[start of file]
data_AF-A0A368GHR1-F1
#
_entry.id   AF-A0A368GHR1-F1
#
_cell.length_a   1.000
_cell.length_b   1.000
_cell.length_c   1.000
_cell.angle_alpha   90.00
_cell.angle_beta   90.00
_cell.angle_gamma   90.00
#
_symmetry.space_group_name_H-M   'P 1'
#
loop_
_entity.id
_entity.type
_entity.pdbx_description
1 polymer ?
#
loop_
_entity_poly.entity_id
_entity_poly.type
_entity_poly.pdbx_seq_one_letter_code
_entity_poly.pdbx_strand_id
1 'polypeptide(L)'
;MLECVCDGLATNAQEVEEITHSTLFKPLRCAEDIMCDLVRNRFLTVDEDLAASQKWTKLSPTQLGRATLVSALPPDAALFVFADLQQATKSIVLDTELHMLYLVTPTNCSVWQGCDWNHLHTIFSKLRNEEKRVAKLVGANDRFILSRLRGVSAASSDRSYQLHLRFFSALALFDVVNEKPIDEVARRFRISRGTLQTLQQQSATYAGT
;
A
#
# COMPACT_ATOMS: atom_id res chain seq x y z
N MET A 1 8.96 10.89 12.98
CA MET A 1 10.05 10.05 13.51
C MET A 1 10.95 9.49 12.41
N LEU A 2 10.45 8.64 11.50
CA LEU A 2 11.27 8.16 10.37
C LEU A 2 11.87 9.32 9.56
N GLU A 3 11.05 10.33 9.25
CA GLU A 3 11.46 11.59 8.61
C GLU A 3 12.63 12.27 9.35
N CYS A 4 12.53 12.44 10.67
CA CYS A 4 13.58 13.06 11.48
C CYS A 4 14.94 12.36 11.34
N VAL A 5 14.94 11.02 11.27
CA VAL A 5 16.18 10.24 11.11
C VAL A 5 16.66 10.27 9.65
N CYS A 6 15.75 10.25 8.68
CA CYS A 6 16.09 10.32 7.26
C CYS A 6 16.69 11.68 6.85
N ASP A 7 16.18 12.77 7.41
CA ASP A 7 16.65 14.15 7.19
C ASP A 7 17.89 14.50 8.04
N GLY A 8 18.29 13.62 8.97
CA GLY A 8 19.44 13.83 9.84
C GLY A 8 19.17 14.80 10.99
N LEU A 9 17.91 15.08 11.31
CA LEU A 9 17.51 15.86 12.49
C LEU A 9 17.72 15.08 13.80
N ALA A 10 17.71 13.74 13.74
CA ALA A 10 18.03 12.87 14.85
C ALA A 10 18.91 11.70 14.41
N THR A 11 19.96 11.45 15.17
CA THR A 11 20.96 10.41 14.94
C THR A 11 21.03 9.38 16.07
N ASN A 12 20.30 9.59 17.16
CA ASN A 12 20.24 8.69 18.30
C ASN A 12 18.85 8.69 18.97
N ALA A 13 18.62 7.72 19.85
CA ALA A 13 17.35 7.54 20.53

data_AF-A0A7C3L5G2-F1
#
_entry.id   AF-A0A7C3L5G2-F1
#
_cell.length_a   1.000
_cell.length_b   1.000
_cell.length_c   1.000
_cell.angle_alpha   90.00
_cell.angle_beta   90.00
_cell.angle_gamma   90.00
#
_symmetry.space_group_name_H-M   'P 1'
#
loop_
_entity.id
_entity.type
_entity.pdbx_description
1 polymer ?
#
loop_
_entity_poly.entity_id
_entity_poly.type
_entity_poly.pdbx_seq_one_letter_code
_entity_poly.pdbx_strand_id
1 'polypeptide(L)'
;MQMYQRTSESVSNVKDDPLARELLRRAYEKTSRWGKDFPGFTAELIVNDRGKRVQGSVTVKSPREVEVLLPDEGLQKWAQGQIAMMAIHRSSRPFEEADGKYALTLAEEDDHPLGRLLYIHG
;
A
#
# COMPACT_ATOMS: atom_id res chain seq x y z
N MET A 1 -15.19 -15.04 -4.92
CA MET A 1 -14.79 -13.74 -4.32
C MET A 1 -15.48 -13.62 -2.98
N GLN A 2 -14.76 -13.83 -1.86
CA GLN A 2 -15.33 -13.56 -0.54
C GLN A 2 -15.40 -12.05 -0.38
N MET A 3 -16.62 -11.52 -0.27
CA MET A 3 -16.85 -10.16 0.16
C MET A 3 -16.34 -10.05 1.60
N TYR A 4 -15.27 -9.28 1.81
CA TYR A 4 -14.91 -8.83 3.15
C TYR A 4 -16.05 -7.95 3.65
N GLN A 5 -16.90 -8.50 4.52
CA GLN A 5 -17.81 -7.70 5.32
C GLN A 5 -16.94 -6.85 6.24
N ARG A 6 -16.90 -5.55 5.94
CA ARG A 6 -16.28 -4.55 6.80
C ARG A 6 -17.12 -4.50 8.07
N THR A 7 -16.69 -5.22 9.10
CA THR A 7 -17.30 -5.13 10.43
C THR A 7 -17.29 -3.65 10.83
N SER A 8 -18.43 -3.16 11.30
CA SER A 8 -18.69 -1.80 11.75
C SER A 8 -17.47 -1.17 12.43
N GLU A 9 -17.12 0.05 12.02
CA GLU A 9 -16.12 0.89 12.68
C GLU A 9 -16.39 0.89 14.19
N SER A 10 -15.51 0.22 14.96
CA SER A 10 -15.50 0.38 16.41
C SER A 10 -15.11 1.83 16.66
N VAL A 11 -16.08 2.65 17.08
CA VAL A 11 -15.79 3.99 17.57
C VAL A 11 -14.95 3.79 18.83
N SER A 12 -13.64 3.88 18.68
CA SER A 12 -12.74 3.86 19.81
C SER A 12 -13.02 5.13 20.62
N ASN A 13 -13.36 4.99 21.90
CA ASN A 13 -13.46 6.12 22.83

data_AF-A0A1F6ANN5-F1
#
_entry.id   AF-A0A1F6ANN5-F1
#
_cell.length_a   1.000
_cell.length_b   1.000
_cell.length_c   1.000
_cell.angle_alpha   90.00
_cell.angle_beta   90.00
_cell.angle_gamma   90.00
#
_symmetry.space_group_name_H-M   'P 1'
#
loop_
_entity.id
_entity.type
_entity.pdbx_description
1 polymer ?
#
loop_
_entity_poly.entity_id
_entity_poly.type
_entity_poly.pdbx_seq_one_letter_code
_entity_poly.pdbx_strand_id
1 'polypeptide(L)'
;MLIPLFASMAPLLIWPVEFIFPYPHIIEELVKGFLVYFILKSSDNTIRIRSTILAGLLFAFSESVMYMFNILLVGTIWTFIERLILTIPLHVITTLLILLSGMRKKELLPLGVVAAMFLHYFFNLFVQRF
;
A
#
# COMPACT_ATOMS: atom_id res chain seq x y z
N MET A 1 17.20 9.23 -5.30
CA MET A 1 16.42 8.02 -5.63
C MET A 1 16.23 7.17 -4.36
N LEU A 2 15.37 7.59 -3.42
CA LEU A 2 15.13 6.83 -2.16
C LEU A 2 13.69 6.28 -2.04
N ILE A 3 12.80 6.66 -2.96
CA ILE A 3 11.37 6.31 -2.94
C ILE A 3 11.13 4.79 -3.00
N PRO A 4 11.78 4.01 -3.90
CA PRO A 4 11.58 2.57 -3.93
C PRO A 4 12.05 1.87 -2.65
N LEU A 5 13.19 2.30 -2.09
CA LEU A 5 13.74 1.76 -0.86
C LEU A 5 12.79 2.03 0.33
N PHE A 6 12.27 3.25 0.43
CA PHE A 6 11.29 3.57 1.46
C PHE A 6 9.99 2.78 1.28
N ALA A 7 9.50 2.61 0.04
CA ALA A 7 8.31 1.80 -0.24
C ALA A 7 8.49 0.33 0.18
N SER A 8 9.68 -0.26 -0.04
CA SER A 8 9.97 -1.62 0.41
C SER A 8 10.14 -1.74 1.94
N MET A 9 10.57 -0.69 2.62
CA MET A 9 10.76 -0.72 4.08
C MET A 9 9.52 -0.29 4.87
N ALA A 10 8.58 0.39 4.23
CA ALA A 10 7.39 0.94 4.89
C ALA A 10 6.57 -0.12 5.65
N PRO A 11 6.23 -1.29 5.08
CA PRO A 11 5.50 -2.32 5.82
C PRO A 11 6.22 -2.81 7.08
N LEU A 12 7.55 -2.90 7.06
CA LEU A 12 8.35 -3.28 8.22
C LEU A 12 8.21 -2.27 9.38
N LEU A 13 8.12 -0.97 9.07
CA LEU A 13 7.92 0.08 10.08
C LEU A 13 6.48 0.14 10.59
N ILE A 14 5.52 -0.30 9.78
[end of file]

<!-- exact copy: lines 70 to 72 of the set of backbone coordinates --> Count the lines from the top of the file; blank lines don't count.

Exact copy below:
#
_entry.id   AF-A0A7C3L5G2-F1
#